The macula densa, a plaque of specialized tubular epithelial cells located in the distal tubule, monitors the NaCl concentration of the tubular fluid and sends an as of yet unidentified signal to control glomerular hemodynamics. In this mechanism, called tubuloglomerular feedback (TGF), an increase in NaCl concentration at the macula densa constricts the glomerular afferent arteriole and thus decreases the single-nephron GFR. Along with the myogenic response, TGF significantly contributes to renal autoregulation. In addition, the macula densa also controls the rate of renin release, and hence the level of angiotensin II. Studies indicate that an appropriate interaction between TGF and the renin-angiotensin system is essential for body fluid and electrolyte homeostasis in the face of rather big variations in daily salt intake. Thus, alterations in TGF may play an important role in the pathogenesis/pathophysiology of various diseases such as hypertension, diabetes mellitus and congestive heart failure.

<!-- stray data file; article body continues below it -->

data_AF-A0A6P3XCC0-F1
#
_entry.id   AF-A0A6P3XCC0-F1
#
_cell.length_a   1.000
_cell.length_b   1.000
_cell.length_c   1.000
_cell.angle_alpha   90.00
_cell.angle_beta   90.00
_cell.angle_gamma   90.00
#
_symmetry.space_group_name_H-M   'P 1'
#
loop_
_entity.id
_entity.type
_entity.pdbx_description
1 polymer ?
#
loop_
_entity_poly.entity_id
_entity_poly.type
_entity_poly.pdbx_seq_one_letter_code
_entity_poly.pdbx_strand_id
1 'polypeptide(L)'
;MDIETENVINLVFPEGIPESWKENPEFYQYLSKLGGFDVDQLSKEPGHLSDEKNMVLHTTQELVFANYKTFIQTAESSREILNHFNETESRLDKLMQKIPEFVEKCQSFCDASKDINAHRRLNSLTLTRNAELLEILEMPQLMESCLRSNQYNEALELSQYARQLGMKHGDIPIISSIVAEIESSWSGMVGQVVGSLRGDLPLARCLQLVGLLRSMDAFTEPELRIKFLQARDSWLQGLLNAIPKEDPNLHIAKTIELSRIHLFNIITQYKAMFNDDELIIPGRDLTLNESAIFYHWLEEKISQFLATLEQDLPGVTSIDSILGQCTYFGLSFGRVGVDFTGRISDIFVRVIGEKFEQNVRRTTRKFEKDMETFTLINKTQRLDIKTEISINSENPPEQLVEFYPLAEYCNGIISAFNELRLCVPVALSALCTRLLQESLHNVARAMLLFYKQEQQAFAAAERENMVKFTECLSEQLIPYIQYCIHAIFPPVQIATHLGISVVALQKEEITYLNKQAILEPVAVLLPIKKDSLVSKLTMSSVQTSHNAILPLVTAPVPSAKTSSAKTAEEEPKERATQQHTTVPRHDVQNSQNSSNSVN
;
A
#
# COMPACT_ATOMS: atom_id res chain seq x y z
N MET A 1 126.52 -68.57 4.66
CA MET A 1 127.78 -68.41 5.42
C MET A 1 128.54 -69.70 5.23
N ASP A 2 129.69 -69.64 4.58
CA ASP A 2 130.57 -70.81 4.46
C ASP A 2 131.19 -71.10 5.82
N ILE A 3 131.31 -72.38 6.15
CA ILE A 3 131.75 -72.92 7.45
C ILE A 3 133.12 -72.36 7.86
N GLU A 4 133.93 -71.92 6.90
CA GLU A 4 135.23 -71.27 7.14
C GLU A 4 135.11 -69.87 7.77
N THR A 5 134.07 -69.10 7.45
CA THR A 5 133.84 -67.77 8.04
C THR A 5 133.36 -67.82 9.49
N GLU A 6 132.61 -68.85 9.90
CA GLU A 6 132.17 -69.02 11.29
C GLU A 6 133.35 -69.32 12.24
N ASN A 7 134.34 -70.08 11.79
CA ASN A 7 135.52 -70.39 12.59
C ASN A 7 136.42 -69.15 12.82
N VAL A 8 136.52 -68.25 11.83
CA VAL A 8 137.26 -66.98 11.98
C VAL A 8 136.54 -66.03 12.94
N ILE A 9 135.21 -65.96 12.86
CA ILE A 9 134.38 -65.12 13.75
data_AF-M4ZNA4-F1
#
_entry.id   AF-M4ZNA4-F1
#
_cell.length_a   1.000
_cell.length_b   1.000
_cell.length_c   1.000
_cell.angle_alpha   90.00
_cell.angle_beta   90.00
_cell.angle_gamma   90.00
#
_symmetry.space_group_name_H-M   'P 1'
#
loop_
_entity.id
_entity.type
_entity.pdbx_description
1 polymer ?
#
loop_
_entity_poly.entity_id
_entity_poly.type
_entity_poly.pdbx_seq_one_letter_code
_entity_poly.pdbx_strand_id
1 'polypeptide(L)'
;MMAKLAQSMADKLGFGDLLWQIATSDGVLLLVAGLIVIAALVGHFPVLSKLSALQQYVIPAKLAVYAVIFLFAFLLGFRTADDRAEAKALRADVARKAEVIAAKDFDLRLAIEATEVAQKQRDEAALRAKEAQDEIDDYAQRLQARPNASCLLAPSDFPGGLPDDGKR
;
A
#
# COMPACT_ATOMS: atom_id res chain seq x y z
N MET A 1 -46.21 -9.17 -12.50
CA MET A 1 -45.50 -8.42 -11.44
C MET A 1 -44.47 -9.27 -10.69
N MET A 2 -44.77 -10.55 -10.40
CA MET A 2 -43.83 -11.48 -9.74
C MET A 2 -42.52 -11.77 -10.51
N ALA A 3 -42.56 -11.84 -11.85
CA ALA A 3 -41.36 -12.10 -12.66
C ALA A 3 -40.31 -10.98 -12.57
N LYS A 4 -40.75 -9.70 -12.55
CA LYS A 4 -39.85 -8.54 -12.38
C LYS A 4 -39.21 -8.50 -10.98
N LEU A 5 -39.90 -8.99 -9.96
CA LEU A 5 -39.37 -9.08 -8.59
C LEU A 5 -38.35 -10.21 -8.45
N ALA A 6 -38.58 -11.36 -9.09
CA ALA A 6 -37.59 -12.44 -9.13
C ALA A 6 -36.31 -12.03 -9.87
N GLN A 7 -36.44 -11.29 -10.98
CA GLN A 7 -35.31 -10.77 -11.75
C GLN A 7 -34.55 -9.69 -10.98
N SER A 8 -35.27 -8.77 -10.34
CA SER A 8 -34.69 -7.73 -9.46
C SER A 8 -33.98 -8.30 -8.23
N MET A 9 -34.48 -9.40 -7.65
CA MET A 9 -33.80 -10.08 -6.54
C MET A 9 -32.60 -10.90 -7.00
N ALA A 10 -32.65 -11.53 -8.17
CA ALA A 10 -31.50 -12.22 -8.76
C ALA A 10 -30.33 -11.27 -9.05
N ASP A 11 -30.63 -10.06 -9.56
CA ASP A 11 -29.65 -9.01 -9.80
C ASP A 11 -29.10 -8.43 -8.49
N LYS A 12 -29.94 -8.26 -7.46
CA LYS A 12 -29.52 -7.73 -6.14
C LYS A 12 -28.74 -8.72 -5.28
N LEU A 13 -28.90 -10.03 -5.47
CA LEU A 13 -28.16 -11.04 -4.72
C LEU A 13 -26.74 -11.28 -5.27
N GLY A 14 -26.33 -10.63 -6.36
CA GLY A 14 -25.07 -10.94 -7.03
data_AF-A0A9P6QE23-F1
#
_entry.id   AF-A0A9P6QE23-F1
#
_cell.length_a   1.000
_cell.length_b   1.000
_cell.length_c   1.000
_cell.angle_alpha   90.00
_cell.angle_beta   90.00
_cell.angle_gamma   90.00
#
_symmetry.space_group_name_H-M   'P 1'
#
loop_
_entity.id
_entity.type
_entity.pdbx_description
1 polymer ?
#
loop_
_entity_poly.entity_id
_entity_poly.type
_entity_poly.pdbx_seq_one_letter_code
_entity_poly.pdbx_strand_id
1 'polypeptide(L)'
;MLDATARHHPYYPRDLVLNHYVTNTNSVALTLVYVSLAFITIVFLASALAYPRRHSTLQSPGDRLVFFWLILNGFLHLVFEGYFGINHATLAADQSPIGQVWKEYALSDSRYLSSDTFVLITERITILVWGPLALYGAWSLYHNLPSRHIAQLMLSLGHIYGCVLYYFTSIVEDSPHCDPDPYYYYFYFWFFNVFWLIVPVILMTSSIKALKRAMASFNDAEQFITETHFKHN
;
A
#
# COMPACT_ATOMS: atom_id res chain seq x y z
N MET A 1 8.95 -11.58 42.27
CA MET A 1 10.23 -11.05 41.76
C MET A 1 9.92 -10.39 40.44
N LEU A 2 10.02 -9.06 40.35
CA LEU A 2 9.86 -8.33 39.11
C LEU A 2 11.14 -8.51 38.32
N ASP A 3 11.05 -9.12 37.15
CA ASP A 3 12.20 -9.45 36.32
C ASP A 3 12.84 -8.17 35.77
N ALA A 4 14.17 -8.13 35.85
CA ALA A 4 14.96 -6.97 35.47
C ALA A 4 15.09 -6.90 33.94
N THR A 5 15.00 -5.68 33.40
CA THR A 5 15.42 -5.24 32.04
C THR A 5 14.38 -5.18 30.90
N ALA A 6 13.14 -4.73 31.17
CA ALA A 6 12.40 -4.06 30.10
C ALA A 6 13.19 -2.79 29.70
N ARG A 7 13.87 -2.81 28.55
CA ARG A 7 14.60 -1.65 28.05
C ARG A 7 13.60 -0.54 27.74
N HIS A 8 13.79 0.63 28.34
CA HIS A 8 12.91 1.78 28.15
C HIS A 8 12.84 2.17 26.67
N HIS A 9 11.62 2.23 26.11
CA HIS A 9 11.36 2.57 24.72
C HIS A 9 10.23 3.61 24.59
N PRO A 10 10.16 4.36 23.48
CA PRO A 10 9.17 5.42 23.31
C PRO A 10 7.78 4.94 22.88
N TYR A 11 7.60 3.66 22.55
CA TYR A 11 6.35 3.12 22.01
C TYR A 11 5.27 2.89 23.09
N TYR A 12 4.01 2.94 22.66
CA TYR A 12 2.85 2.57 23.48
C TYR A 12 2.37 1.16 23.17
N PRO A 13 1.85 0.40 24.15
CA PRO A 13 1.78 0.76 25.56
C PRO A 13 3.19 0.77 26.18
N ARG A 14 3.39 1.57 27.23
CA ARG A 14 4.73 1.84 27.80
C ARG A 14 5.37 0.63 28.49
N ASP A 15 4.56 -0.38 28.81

- Afferent and efferent arterioles
- Angiotensin II
- Macula densa
- Nitric oxide
- Sodium balance
ASJC Scopus subject areas
- Cardiology and Cardiovascular Medicine